Despite the Department of Housing and Urban Development stating recently that its policies have not changed in regards to the Federal Housing Administration backing mortgages for Deferred Action for Childhood Arrivals recipients, it appears that the opposite is actually the case.
Or at least that’s how the mortgage lending industry is reacting.
In the wake of HousingWire’s original reporting, numerous lenders reached out and said that they’ve been told directly by a HUD representative that DACA recipients, also called Dreamers, are no longer eligible for FHA mortgages.
Now, a new HousingWire investigation has uncovered lender bulletins or guidelines from a dozen different lenders each stating that Dreamers are not eligible for FHA financing.
In most cases, the lenders do not list a reason for why Dreamers are ineligible for FHA financing, but two state housing finance agencies do provide a reason (click on any of the links below to see the original documents).
The Connecticut Housing Finance Agency, for example, recently published a lender bulletin that states: “FHA now stipulates that Non-Permanent Resident Alien Guidelines require lawful residence for FHA loans. Although Deferred Action for Childhood Arrivals (DACA) immigrants are in the United States legally, under the new administration they are not considered to have lawful residency.”
According to the bulletin, as of one month ago, “DACA applicants will not be eligible for first or second mortgage loan financing approval in any CHFA mortgage loan product, conventional or government.”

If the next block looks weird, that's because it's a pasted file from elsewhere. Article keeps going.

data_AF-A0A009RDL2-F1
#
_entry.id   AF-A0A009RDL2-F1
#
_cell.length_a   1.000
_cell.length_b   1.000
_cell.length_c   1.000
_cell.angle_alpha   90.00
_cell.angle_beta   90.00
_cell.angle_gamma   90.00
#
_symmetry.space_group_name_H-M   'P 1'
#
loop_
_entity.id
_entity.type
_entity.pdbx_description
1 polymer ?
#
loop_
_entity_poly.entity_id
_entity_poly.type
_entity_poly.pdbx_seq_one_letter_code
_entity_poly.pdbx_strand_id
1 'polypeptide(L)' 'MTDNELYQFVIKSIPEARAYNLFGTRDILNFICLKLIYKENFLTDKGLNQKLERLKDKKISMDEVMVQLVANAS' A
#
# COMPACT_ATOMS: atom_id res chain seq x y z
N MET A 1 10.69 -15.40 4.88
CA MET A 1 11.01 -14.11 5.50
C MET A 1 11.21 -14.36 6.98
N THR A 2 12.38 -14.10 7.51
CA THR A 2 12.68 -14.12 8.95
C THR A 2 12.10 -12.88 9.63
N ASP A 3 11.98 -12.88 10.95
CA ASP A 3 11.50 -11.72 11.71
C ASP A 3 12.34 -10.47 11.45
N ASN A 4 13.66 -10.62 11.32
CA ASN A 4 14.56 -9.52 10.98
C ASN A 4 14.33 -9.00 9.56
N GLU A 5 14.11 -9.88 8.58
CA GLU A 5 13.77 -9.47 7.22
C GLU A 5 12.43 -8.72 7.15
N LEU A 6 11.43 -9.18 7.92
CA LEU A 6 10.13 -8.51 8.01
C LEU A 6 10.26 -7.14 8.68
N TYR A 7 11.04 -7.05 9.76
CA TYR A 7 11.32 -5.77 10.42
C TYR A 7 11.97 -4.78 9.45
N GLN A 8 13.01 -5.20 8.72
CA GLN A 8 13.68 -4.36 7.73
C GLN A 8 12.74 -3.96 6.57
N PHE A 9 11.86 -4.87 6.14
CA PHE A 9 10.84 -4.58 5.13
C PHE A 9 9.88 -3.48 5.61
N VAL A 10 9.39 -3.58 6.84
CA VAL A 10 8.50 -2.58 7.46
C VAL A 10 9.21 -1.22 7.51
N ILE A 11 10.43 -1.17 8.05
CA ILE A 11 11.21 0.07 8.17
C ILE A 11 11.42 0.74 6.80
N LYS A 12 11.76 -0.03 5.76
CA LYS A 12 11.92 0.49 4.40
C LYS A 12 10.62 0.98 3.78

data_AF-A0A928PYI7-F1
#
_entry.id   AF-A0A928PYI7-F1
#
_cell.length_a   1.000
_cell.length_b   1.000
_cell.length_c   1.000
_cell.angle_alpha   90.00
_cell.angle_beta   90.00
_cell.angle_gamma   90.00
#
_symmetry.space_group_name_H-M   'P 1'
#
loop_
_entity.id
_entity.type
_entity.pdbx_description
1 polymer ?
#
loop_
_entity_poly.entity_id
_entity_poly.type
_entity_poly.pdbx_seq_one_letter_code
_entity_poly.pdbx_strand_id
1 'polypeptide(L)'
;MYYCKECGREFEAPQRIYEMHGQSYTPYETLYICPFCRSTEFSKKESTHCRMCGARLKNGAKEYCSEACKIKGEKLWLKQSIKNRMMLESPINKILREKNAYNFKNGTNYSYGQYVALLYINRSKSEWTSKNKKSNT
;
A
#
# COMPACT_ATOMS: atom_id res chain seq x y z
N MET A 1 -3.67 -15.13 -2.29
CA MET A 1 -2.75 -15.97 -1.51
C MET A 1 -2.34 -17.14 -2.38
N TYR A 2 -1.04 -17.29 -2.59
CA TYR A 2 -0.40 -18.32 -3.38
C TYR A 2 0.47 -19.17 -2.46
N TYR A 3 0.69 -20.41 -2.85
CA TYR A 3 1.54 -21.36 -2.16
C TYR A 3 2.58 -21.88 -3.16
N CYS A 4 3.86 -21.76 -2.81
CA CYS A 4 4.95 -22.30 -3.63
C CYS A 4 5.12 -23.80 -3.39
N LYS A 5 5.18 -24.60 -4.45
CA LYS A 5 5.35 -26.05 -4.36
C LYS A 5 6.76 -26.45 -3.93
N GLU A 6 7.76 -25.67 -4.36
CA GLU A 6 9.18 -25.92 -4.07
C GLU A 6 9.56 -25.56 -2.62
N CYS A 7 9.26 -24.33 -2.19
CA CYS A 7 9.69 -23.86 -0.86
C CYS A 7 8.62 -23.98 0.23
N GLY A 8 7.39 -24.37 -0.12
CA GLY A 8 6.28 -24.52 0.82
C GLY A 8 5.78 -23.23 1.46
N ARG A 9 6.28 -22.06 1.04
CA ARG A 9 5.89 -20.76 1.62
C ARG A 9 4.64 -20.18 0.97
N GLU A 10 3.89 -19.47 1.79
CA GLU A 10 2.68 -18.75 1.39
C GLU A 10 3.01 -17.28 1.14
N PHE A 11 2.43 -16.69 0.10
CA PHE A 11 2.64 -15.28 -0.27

A similar notice was posted on the website of the Idaho Housing and Finance Association. The IHFA notice stated:
Effective immediately, Idaho Housing will not allow loans to be locked for DACA borrowers. For loans that are locked or already closed and not yet purchased by Idaho Housing, we will need the following documentation:
1. Underwriter acknowledgement in writing that the loan was approved with the knowledge that the borrower is a DACA borrower.
2. Indemnification letter from the lender indemnifying Idaho Housing and Finance Association of any and all losses directly attributed to the loan being approved and closed with a DACA borrower.
Gateway Mortgage Group also provides a more detailed explanation on its policies surrounding DACA borrowers. In an announcement data Aug. 3, 2018, Gateway states that is no longer accepting mortgage applications for DACA borrowers:
Due to recent Executive Orders and court actions regarding the Deferred Action for Childhood Arrival program (“DACA”), Gateway has reviewed the complex issue of whether we will purchase loans to participants in the DACA program. Based upon its review of relevant agency, investor and insurer guidelines and requirements, Gateway has determined that unless and until there is formal action taken which clearly provides that DACA loans are eligible to be purchased, insured, guaranteed and securitized, Gateway will not accept loan applications or purchase loans for borrowers who are subject to a DACA (C-33 designation). These same rules apply to any other non-resident who is unable to meet agency, investor, or insurer requirements relative to proof of legal residency.